There are only two TV stations in Norway: the state NRK and the commercial station TV2. The latter has hosted the infamous comedian Jespersen who said that he commiserated with the lice and fleas who made the bad choice of going onto the bodies of Jews in concentration camps. Worse still is that these remarks were considered acceptable by the director of the TV2 station.
That same station TV2 paid for the Holocaust denier David Irving to come to Norway this year and had him interviewed for more than a quarter of an hour by one of its journalists who showed hardly any knowledge of the Holocaust.
I can tell you from my own experience that the TV2 people are major falsifiers of what a person says and the National Telegraph Bureau, which is the main provider of foreign news to the 300 Norwegian papers, is hardly any better. The situation is one of a mixture of manipulation and a widespread very low level of journalistic professionalism in Norway.
No Level Playing Field
Let me make this clear. Norway is a democratic country – it is not the Soviet Union under Communist rule. It is not that the ruling parties rigidly promote only anti-Israel hate. But once you promote hatred this overshadows everything else you do. There is no state sponsored anti-Semitism in Norway. The government however supports a reality which is conducive to anti-Semitism. This means that in Norway there is no real possibility for a battle of ideas. For that you need a level playing field, and that level playing field does not exist in Norway.
The reasons why there is no level playing field in Norway are many: Thete is this hard core extreme left elite, others are socialists who have a tendency to show solidarity with the weak. This includes whitewashing those weak people who are extreme criminals, such as genocidal Muslims. Added to this is the fact that there are no checks and balances resulting from foreign newspapers reporting on the Norwegian realities. That is also why there is so little selfcriticism in the country.
The situation is complicated by other factors. First is that with the immigration of a large number of Muslims into Norway, a number of extreme criminal anti-Semites have entered the country. This became evident in the riots during the Gaza campaign which, according to the police, were the most severe Oslo had seen in decades. Shops were burned on Oslo’s main street. Today the extreme anti-Semitic Muslims in Norway probably outnumber the 700 members of the Jewish community. (Slide 4)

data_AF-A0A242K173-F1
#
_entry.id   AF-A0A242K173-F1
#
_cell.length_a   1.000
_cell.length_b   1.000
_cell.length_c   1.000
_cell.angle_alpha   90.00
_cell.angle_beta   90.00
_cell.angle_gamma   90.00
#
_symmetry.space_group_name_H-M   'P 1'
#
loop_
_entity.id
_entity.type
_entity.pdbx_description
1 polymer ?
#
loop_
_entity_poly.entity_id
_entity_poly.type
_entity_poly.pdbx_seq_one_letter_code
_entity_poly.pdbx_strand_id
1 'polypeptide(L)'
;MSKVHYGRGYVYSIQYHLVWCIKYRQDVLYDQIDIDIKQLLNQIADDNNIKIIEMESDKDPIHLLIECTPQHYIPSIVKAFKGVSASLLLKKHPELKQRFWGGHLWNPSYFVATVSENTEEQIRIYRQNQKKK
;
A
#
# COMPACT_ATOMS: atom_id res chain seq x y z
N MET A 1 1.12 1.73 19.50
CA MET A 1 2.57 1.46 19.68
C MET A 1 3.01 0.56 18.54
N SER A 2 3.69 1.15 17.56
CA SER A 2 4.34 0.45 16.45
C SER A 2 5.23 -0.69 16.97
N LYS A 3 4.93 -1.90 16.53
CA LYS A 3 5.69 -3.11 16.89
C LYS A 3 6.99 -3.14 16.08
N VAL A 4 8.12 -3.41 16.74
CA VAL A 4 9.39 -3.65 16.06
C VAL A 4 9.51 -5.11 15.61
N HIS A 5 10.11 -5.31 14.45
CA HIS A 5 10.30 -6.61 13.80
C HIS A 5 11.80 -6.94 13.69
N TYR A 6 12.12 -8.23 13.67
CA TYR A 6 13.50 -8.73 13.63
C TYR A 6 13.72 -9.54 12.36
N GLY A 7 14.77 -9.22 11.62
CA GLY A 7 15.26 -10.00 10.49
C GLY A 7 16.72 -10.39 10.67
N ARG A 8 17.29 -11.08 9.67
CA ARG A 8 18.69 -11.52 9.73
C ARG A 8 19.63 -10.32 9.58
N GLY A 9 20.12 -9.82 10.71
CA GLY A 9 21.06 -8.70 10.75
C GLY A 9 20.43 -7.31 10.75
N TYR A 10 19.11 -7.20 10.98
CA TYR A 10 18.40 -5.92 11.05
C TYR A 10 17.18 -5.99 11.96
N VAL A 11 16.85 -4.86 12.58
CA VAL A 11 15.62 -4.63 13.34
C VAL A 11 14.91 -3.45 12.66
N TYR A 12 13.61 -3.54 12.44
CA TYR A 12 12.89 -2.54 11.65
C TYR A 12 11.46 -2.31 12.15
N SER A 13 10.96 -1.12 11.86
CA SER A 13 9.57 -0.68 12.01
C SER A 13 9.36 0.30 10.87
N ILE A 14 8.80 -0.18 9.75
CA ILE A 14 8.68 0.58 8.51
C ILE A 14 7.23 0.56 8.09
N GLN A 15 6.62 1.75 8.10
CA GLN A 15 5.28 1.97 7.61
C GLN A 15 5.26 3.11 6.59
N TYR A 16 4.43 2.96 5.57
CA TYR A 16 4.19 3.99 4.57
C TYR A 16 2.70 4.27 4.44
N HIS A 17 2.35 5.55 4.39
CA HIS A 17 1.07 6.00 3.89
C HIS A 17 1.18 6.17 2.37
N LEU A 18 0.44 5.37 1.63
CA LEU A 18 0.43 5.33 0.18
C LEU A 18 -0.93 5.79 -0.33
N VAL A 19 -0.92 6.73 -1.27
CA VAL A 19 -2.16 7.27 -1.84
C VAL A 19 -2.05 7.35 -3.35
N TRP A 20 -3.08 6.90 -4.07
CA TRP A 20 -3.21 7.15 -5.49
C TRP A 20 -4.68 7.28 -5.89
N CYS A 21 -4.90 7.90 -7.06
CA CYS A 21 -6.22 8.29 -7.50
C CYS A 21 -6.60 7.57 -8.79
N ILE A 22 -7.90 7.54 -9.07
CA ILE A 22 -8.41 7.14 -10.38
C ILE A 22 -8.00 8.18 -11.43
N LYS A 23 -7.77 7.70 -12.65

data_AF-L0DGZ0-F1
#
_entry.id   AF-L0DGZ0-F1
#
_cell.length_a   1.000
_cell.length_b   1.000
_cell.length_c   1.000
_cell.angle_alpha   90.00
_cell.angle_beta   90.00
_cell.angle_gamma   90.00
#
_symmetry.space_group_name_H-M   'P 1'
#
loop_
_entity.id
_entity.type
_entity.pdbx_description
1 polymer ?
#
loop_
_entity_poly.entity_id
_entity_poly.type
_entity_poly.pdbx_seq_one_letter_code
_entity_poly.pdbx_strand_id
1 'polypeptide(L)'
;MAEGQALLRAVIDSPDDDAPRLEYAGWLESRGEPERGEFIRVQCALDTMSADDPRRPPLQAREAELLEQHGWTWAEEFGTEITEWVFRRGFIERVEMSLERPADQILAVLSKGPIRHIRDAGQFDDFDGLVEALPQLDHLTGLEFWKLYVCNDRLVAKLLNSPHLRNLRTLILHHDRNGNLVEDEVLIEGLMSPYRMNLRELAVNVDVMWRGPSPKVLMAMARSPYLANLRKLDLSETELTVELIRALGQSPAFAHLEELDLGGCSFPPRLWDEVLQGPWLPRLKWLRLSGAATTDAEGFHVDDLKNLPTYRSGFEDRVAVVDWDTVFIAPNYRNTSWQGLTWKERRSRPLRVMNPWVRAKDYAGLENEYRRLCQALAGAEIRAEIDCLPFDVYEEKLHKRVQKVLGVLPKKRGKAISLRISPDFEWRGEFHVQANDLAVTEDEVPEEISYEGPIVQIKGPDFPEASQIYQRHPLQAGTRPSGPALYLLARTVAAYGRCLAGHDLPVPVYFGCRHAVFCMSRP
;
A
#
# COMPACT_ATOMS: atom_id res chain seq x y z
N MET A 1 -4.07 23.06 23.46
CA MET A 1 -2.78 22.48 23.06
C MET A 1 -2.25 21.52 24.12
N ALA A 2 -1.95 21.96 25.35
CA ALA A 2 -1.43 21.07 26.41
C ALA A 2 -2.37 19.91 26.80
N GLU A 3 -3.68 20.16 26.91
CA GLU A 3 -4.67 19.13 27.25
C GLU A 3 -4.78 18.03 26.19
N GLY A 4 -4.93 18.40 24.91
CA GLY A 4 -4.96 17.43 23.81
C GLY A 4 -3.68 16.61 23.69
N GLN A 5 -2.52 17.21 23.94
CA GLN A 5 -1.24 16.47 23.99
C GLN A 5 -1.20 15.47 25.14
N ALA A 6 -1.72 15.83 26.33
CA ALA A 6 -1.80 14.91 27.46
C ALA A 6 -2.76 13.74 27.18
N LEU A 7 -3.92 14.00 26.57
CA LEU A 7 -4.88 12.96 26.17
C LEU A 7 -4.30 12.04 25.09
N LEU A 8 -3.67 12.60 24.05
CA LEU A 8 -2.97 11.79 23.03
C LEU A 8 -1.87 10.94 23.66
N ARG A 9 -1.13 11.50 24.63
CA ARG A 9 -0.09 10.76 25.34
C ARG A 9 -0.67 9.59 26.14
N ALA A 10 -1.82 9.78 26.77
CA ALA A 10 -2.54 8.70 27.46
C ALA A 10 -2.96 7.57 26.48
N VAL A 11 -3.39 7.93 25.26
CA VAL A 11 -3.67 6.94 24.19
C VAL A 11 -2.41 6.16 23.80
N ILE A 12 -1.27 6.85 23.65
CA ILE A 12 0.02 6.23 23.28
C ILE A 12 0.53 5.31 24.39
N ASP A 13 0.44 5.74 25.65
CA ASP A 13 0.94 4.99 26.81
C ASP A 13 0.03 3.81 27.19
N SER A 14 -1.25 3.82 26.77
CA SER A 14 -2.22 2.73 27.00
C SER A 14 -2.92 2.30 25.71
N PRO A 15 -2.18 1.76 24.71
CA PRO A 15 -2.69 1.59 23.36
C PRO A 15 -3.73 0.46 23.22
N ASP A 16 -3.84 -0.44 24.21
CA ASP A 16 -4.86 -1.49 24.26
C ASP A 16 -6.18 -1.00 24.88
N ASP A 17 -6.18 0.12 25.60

Furthermore, there is a long tradition of anti-Semitism in the country. It is not true that what one sees in Norway is pure anti-Israelism, which has nothing to do with anti-Semitism. Minister Halvorsen however did not leave the anti-Israel demonstration when there were shouts of “Death to the Jews.”
Another Obsession: No anti-Semitism
Besides the obsession with Israel, there is another obsession in Norway which concerns the Jewish people. That is the obsessive way in which one is told by many Norwegians that there is no anti-Semitism in Norway.
Because of that lack of anti-Semitism two of the three Jewish cemeteries have been desecrated in the last five years, the synagogue has been shot at in 2006, the cantor has been attacked on Oslo’s main street. Jewish children in schools have been harassed. Some Jews have received death threats. The community, the school and the old age home need heavy security. All these signs of lack of anti-Semitism show that Norwegian Jews are in a position which is typical of all other Norwegians.